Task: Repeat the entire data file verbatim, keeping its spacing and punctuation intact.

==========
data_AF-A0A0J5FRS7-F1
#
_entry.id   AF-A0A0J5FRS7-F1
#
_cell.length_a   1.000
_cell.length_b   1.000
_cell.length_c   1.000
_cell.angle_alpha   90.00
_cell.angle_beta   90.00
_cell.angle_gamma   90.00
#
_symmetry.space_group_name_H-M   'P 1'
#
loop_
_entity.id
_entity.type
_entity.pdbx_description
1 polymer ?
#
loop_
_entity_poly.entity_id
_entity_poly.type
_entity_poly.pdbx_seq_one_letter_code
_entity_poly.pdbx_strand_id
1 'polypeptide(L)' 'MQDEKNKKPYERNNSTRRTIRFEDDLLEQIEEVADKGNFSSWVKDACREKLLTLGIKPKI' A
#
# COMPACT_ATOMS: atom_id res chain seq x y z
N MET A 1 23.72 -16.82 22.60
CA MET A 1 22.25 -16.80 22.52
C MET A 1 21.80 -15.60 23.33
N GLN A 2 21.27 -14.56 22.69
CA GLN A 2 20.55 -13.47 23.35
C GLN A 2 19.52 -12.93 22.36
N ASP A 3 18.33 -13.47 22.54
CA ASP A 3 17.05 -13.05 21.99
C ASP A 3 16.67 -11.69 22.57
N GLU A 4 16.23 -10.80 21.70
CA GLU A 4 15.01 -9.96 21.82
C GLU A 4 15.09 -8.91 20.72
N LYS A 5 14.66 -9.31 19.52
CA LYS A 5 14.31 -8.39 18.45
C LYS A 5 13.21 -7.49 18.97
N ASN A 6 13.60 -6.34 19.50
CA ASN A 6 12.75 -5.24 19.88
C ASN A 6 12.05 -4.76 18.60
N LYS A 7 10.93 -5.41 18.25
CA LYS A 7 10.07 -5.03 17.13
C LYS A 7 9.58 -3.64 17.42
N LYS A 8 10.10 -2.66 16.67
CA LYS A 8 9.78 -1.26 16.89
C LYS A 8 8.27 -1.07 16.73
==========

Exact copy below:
data_AF-A0A0J5FRS7-F1
#
_entry.id   AF-A0A0J5FRS7-F1
#
_cell.length_a   1.000
_cell.length_b   1.000
_cell.length_c   1.000
_cell.angle_alpha   90.00
_cell.angle_beta   90.00
_cell.angle_gamma   90.00
#
_symmetry.space_group_name_H-M   'P 1'
#
loop_
_entity.id
_entity.type
_entity.pdbx_description
1 polymer ?
#
loop_
_entity_poly.entity_id
_entity_poly.type
_entity_poly.pdbx_seq_one_letter_code
_entity_poly.pdbx_strand_id
1 'polypeptide(L)' 'MQDEKNKKPYERNNSTRRTIRFEDDLLEQIEEVADKGNFSSWVKDACREKLLTLGIKPKI' A
#
# COMPACT_ATOMS: atom_id res chain seq x y z
N MET A 1 23.72 -16.82 22.60
CA MET A 1 22.25 -16.80 22.52
C MET A 1 21.80 -15.60 23.33
N GLN A 2 21.27 -14.56 22.69
CA GLN A 2 20.55 -13.47 23.35
C GLN A 2 19.52 -12.93 22.36
N ASP A 3 18.33 -13.47 22.54
CA ASP A 3 17.05 -13.05 21.99
C ASP A 3 16.67 -11.69 22.57
N GLU A 4 16.23 -10.80 21.70
CA GLU A 4 15.01 -9.96 21.82
C GLU A 4 15.09 -8.91 20.72
N LYS A 5 14.66 -9.31 19.52
CA LYS A 5 14.31 -8.39 18.45
C LYS A 5 13.21 -7.49 18.97
N ASN A 6 13.60 -6.34 19.50
CA ASN A 6 12.75 -5.24 19.88
C ASN A 6 12.05 -4.76 18.60
N LYS A 7 10.93 -5.41 18.25
CA LYS A 7 10.07 -5.03 17.13
C LYS A 7 9.58 -3.64 17.42
N LYS A 8 10.10 -2.66 16.67
CA LYS A 8 9.78 -1.26 16.89
C LYS A 8 8.27 -1.07 16.73